Rob Edgar, Groundswell peer researcher and London Homeless Health Programme board member who has lived experience of homelessness, writes about his work to support people who are homeless to access health services.
“I came to be a homeless health peer advocate after a chance encounter with one of the other residents who was also staying in my hostel. He was doing some volunteering with a charity in Vauxhall called Groundswell, a charity that I had heard nothing about before I started volunteering with them. It was just before Christmas and I was already four month sober and looking to keep up the good work that I had done on myself but knowing that the “festive season” was just around the corner and that this was going to be a challenging time.
My friend told me that one of the keys to successfully staying sober was to keep myself busy. I took the plunge. I called the number and volunteered my services and enrolled on Groundswell’s six-week training program.
Six weeks does not sound like much time at all but how wrong was I. I had only gone and signed up to the one charity that gives everybody the maximum amount of training in six weeks. Not good at the time but the payoff in the end was life changing for me. The hardest part to begin with was the commitment to a regular routine, but this was the cornerstone of everything thereafter. With the routine I gained a great sense of purpose, and pride in myself. My confidence soared. For the first time in a very long time I was given the opportunity to be a part of something bigger than just me, and something that was not only changing my life but changing other people’s lives too. I would be helping people who were homeless to access health care, dental services and supporting them to register with their GP. It soon became clear to me how being homeless affects your physical and mental health.
I saw first-hand the obstacles that people have to go through to access health services.
Not only the difficult unfamiliar places like hospitals and how challenging they are to navigate through for people who are homeless. But also the problems in getting to and from the hospital. This would be where I would come in. I would accompany people to their appointments. And try and make the process as smooth and uncomplicated as I could.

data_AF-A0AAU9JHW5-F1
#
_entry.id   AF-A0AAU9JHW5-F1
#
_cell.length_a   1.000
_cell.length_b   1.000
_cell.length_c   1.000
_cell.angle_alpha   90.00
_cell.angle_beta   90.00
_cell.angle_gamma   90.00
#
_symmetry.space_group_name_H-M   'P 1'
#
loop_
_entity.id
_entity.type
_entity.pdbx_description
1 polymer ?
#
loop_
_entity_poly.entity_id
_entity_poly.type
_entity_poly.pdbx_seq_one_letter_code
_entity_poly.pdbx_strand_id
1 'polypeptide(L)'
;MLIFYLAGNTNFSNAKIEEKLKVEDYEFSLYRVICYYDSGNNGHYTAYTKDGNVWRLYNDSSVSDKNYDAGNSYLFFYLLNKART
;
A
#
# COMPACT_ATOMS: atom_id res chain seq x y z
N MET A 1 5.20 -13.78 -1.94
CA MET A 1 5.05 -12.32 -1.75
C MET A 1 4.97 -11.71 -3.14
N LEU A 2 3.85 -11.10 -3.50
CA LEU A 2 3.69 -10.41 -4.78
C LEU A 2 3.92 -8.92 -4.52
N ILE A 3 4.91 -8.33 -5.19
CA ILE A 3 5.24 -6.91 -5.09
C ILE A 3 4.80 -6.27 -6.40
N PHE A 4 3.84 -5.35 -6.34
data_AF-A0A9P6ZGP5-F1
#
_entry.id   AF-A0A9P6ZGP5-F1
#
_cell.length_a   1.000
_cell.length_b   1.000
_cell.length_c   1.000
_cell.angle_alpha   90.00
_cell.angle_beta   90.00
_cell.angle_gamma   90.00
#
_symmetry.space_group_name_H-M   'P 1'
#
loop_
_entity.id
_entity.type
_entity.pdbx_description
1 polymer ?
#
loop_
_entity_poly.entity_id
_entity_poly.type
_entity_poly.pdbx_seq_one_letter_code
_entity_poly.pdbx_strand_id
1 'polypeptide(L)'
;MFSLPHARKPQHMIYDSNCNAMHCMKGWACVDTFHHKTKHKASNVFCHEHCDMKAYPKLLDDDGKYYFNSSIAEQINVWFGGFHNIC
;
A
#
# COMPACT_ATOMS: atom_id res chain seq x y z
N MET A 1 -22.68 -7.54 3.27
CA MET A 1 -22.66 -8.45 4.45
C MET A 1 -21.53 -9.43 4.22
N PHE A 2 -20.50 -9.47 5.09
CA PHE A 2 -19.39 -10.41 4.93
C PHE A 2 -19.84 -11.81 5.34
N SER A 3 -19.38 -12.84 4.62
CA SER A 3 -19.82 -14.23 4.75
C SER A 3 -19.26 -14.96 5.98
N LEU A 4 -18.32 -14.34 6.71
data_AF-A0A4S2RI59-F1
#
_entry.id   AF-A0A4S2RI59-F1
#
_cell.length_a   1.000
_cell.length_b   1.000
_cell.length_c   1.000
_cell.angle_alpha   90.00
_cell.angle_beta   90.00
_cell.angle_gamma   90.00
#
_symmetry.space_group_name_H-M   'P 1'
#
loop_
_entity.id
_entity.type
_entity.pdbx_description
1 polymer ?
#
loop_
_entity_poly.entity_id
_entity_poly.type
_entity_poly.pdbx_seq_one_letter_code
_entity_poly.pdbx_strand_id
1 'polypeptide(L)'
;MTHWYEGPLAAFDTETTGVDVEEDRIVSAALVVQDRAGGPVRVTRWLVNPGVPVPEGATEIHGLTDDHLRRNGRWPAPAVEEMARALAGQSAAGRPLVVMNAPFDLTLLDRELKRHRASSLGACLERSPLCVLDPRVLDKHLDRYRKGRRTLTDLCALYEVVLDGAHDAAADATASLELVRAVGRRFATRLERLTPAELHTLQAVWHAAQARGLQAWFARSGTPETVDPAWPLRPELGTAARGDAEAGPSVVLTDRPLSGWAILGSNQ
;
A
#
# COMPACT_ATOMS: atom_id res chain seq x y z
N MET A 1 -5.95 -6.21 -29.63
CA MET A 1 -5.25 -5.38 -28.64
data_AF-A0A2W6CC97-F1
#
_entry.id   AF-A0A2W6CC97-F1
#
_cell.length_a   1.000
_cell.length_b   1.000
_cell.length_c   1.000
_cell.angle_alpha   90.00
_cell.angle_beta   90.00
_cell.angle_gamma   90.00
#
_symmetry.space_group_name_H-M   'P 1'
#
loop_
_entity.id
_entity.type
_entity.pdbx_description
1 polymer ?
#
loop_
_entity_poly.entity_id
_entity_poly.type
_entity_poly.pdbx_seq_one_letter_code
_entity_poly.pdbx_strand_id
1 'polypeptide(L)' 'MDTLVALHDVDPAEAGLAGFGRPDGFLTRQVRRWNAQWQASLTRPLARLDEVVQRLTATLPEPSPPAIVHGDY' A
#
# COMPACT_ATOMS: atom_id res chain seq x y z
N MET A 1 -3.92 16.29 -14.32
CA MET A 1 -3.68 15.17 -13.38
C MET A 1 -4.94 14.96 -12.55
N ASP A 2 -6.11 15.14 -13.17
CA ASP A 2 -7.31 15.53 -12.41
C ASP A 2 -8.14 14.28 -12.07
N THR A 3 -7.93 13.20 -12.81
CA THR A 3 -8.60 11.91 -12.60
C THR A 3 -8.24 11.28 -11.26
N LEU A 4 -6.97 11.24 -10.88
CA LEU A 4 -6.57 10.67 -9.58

For many of the people I was supporting the first barrier was getting to the hospital. It sounds so simple but they needed to find the money for transport, often the cost for a £1.50 bus ticket. They also needed emotional support for the journey, someone to sit with and talk to them about what they were likely to face in their appointment. This can help reduce fear and anxiety. The key to helping is to go though it with them but allowing them to make all the decisions themselves. This is where they gain self-respect and growth, so hopefully they feel more confident in doing it themselves the next time around.
Not only would I see the change in people but others could see the change in me too. This process worked two ways by supporting others to support themselves and letting me grow and achieve my full potential. So by investing a bit of time in people and with the tools I had gained, and the cost of a bus ticket, we would be slowly but surely helping people who are affected by homelessness to start to address their own health needs.
More recently at Groundswell, we have been holding focus groups with more than 100 people who are homeless on behalf of Healthy London Partnership’s London Homeless Health Programme. We heard first-hand from people about their experiences of accessing and using health services in London. We’ve now published our final report ‘More than a statistic’ and their voices come out loud and clear.
Seeking input from people who are homeless is vital if we are to improve health services for them in London. I’d encourage anyone working in health services in London to read our report to understand the many ways they can support homeless people to access health services.”
About the author
Rob Edgar is a board member for the London Homeless Health Programme and works as Peer Researcher for Groundswell. Rob credits his volunteering work with Groundswell and Build on Belief as playing a key part in his own move away from homelessness.
Having spent over 20 years drifting in and out of homelessness he has used what he has learnt to support others to overcome the barriers homeless people face to improving their lives. He began volunteering with Groundswell in 2014 offering one-to-one support as a Homeless Health Peer Advocate, first specialising in supporting people diagnosed with tuberculosis. This has given him a deep understanding of the health issues homeless people face and the barriers they often meet to effective treatment. He strongly believes that homeless people have a right to have their voices heard and that this is key to improving services and creating meaningful change.
For more information about our Homeless Health programme contact Susan Harrison, Head of Health & Homeless for the NHS across London, at email@example.com